Demoralization followed defeat. It did not precede or cause it.
De Gaulle was a colonel, which is generally considered a senior officer, but he had no role in the general strategy, etc. Petain was a marshal. Petain headed a German puppet French government and De Gualle headed a British puppet German government. De Gualle was very egotistical, and probably indicated he was using correct tactics and his approach was ignored, etc.
 
Dec 2014
457
Wales
Petain headed a German puppet French government and De Gualle headed a British puppet German government. De Gualle was very egotistical, and probably indicated he was using correct tactics and his approach was ignored, etc.
Sorry but the idea that De Gaulle was anybodies puppet is wildly mistaken. The history books are full of clashes between him and the other Allied leaders - Roosevelt hated him, Churchill had mixed feelings (mostly negative as the war went on), and both regarded him as more trouble than he was worth. It was because of the bad relationship between the allies there were no French forces initially involved in the liberation of France (barely 200 French troops landed on D-Day and there were only 5 squadrons of aircraft involved).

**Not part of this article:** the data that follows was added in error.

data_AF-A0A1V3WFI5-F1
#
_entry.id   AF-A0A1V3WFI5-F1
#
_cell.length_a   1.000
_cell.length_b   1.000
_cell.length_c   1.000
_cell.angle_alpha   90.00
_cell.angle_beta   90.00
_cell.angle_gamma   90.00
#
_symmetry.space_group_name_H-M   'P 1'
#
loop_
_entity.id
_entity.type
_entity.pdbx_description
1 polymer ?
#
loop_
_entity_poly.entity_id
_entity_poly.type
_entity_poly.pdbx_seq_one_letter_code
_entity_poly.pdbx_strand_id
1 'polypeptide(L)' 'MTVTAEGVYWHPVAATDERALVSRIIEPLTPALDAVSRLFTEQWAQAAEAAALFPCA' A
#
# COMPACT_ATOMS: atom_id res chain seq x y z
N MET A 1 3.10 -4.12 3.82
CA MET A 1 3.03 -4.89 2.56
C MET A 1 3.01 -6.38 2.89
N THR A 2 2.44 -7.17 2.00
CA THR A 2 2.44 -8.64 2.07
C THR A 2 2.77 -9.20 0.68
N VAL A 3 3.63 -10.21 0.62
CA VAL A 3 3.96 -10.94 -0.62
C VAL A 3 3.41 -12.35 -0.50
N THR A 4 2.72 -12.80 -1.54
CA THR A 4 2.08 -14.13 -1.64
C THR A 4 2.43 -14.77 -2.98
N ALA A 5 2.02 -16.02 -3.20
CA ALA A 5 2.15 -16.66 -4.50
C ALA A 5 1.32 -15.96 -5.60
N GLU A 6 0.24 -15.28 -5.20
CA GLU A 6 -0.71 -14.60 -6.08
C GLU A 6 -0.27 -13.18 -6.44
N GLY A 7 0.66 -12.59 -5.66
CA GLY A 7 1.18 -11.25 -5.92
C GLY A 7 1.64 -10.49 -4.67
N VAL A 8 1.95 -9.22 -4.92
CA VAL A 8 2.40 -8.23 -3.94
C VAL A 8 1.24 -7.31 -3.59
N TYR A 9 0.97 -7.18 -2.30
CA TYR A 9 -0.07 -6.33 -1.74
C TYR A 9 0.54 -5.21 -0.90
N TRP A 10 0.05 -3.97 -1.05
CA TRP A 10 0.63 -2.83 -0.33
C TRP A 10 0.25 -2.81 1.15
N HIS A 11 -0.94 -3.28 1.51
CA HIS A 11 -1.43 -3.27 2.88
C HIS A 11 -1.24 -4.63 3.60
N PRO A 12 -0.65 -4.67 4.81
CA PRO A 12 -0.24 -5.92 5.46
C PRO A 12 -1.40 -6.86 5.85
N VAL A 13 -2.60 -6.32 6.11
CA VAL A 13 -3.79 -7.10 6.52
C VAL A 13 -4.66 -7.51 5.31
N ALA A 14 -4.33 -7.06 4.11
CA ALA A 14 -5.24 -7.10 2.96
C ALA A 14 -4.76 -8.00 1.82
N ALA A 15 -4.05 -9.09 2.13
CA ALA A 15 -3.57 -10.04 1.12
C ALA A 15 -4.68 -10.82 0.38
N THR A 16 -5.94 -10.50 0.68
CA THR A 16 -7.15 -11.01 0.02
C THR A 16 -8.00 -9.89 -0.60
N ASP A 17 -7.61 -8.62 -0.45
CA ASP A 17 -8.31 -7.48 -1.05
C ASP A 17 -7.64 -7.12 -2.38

If De Gaulle had been a puppet he would have been replace quite early in the war.
 

sparky

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Jan 2017
5,397
Sydney
colonels are very junior officers , he got bumped late to brigadier , which is where the superior officers group start
 

Larrey

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Sep 2011
5,932
De Gualle headed a British puppet German government. De Gualle was very egotistical, and probably indicated he was using correct tactics and his approach was ignored, etc.
That was what Vichy claimed (it sentenced de Gaulle to death in absentia for treason), and the US WWII government agreed with it. Subsequent events proved them both wrong.
 

betgo

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Jul 2011
6,530
colonels are very junior officers , he got bumped late to brigadier , which is where the superior officers group start
As a matter of semantics, lieutenants and captains are generally considered junior officers. Colonels, brigadiers, general officers, and marshals are senior officers. It was junior in that he couldn't have had that big a role in the Battle of France, and in that he was a surprise to lead a rival French government.